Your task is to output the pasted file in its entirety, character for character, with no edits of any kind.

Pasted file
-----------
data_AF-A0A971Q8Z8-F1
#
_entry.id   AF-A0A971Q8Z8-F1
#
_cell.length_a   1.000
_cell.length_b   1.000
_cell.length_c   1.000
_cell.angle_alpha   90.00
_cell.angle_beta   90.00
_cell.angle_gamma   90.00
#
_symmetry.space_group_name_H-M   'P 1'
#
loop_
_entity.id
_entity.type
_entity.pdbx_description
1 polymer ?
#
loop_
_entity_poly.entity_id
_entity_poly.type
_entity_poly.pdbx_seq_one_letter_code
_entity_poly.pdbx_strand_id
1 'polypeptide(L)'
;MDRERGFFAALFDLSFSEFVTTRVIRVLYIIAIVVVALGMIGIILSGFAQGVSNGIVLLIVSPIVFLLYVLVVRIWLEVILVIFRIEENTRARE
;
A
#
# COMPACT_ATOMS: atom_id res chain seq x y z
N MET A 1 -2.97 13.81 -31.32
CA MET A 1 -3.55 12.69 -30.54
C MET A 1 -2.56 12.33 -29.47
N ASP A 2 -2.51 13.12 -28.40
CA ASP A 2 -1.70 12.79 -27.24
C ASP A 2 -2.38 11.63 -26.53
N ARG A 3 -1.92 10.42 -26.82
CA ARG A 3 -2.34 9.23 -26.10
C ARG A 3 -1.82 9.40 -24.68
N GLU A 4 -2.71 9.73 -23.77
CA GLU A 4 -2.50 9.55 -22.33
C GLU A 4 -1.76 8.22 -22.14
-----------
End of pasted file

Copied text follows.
data_AF-A0A971Q8Z8-F1
#
_entry.id   AF-A0A971Q8Z8-F1
#
_cell.length_a   1.000
_cell.length_b   1.000
_cell.length_c   1.000
_cell.angle_alpha   90.00
_cell.angle_beta   90.00
_cell.angle_gamma   90.00
#
_symmetry.space_group_name_H-M   'P 1'
#
loop_
_entity.id
_entity.type
_entity.pdbx_description
1 polymer ?
#
loop_
_entity_poly.entity_id
_entity_poly.type
_entity_poly.pdbx_seq_one_letter_code
_entity_poly.pdbx_strand_id
1 'polypeptide(L)'
;MDRERGFFAALFDLSFSEFVTTRVIRVLYIIAIVVVALGMIGIILSGFAQGVSNGIVLLIVSPIVFLLYVLVVRIWLEVILVIFRIEENTRARE
;
A
#
# COMPACT_ATOMS: atom_id res chain seq x y z
N MET A 1 -2.97 13.81 -31.32
CA MET A 1 -3.55 12.69 -30.54
C MET A 1 -2.56 12.33 -29.47
N ASP A 2 -2.51 13.12 -28.40
CA ASP A 2 -1.70 12.79 -27.24
C ASP A 2 -2.38 11.63 -26.53
N ARG A 3 -1.92 10.42 -26.82
CA ARG A 3 -2.34 9.23 -26.10
C ARG A 3 -1.82 9.40 -24.68
N GLU A 4 -2.71 9.73 -23.77
CA GLU A 4 -2.50 9.55 -22.33
C GLU A 4 -1.76 8.22 -22.14